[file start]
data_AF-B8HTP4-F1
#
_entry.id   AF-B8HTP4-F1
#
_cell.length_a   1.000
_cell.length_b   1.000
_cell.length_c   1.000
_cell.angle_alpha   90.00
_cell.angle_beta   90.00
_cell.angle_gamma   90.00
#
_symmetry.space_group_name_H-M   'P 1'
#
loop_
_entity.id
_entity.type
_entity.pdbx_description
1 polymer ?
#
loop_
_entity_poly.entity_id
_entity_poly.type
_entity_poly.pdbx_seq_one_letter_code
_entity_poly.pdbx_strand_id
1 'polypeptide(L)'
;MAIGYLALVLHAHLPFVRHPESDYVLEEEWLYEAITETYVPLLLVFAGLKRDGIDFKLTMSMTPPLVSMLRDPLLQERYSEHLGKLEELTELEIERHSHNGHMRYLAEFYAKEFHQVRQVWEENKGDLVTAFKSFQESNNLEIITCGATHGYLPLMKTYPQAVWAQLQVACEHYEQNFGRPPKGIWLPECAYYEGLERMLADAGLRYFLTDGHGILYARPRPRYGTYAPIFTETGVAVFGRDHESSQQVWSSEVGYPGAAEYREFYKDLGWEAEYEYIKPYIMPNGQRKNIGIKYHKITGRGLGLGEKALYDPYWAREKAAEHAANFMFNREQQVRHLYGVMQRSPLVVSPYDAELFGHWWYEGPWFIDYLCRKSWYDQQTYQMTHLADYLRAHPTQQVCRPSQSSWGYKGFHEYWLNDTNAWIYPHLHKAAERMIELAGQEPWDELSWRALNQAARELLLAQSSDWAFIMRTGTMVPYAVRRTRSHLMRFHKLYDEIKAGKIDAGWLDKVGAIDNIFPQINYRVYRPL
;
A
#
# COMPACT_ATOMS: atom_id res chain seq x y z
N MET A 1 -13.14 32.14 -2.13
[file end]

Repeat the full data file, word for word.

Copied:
data_AF-B8HTP4-F1
#
_entry.id   AF-B8HTP4-F1
#
_cell.length_a   1.000
_cell.length_b   1.000
_cell.length_c   1.000
_cell.angle_alpha   90.00
_cell.angle_beta   90.00
_cell.angle_gamma   90.00
#
_symmetry.space_group_name_H-M   'P 1'
#
loop_
_entity.id
_entity.type
_entity.pdbx_description
1 polymer ?
#
loop_
_entity_poly.entity_id
_entity_poly.type
_entity_poly.pdbx_seq_one_letter_code
_entity_poly.pdbx_strand_id
1 'polypeptide(L)'
;MAIGYLALVLHAHLPFVRHPESDYVLEEEWLYEAITETYVPLLLVFAGLKRDGIDFKLTMSMTPPLVSMLRDPLLQERYSEHLGKLEELTELEIERHSHNGHMRYLAEFYAKEFHQVRQVWEENKGDLVTAFKSFQESNNLEIITCGATHGYLPLMKTYPQAVWAQLQVACEHYEQNFGRPPKGIWLPECAYYEGLERMLADAGLRYFLTDGHGILYARPRPRYGTYAPIFTETGVAVFGRDHESSQQVWSSEVGYPGAAEYREFYKDLGWEAEYEYIKPYIMPNGQRKNIGIKYHKITGRGLGLGEKALYDPYWAREKAAEHAANFMFNREQQVRHLYGVMQRSPLVVSPYDAELFGHWWYEGPWFIDYLCRKSWYDQQTYQMTHLADYLRAHPTQQVCRPSQSSWGYKGFHEYWLNDTNAWIYPHLHKAAERMIELAGQEPWDELSWRALNQAARELLLAQSSDWAFIMRTGTMVPYAVRRTRSHLMRFHKLYDEIKAGKIDAGWLDKVGAIDNIFPQINYRVYRPL
;
A
#
# COMPACT_ATOMS: atom_id res chain seq x y z
N MET A 1 -13.14 32.14 -2.13